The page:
THREE AGRICULTURAL Societies have agreed a four-point plan to stimulate a culture of change among producers, fearing many have become “transfixed by uncertainty” over the future of farming.
Ben Gill, former NFU president and chairman of the recent Constructive Management of Change conference, held at Stoneleigh, Warks, said the sector must evolve as vibrant, viable businesses.
At the conference, organised jointly by the Royal Agricultural Society of England, Fellows of Royal Agricultural Societies and the Royal Smithfield Club, he said: “Our duty is now to encourage change and to ensure it is not seen as failure.”
A recent DEFRA poll suggested 30% of producers would embrace change, 50% convert slowly, and 20% remain unmoved.
“It is this last group that needs social and psychological mentoring – not technical support – to help them accept change and survive or decide on an exit strategy. We must challenge perceptions. To exit is not failure,” Sir Ben said.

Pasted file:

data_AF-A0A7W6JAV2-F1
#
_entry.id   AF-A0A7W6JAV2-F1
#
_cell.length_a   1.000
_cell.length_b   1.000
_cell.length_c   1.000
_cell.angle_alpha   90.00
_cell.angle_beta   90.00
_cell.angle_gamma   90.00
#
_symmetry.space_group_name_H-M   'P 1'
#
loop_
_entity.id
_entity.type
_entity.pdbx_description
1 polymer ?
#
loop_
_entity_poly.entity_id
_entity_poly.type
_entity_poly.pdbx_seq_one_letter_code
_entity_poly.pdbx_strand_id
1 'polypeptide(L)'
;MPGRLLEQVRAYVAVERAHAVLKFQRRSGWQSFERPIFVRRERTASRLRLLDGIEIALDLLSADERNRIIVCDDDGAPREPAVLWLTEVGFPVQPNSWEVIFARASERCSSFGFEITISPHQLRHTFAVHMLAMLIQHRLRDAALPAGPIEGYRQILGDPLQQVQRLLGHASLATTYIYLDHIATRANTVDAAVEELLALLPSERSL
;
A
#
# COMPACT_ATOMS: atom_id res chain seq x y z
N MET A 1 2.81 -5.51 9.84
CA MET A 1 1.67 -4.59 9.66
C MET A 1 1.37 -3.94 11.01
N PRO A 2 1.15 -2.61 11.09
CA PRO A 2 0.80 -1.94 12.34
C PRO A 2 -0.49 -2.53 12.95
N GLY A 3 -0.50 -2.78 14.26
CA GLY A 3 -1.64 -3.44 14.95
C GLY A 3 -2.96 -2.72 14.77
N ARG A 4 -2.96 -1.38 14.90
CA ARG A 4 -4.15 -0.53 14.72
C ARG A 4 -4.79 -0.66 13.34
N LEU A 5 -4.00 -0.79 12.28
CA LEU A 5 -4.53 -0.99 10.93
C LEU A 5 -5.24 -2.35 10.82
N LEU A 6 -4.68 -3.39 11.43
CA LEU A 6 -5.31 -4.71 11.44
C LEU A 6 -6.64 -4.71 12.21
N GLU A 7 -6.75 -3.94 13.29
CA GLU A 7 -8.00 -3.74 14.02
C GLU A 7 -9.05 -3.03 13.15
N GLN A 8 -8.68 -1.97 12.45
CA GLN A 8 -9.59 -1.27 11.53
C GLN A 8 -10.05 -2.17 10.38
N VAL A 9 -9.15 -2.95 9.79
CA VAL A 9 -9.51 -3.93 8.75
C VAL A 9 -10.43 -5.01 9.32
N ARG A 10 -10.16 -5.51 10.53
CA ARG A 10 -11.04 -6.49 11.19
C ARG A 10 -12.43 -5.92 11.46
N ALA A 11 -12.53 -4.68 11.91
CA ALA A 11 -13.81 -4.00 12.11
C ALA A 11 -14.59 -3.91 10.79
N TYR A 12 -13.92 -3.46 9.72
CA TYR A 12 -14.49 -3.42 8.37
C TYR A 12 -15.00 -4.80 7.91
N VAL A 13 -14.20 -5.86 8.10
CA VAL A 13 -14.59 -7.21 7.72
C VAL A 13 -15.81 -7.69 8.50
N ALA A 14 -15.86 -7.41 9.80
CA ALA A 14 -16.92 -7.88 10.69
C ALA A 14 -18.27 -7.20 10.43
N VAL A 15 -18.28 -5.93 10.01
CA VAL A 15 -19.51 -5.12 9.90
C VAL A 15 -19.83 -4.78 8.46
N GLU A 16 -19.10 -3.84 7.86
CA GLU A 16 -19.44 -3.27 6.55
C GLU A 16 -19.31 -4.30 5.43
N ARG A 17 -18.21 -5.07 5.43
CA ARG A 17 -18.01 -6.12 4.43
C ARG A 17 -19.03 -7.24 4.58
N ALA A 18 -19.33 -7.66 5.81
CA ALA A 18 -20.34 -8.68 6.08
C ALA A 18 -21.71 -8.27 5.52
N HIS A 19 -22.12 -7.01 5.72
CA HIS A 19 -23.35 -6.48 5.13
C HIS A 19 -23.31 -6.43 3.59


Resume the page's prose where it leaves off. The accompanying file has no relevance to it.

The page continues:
The four-point plan will see participating societies assist groups helping producers tackle change; the introduction of international benchmarking to ensure businesses are competitive ahead of a freer world market, and ensuring producers receive up-to-date training and assistance from rural support networks.
The desire to change had already been adopted by the next generation, argued Notts-based young farmer Mark Spencer. “They are more focused on profit and have a global perspective.
“We need a burst of reality. If farming doesn’t deliver profits the young will give it a couple of years and then leave the industry to find jobs that do,” he warned.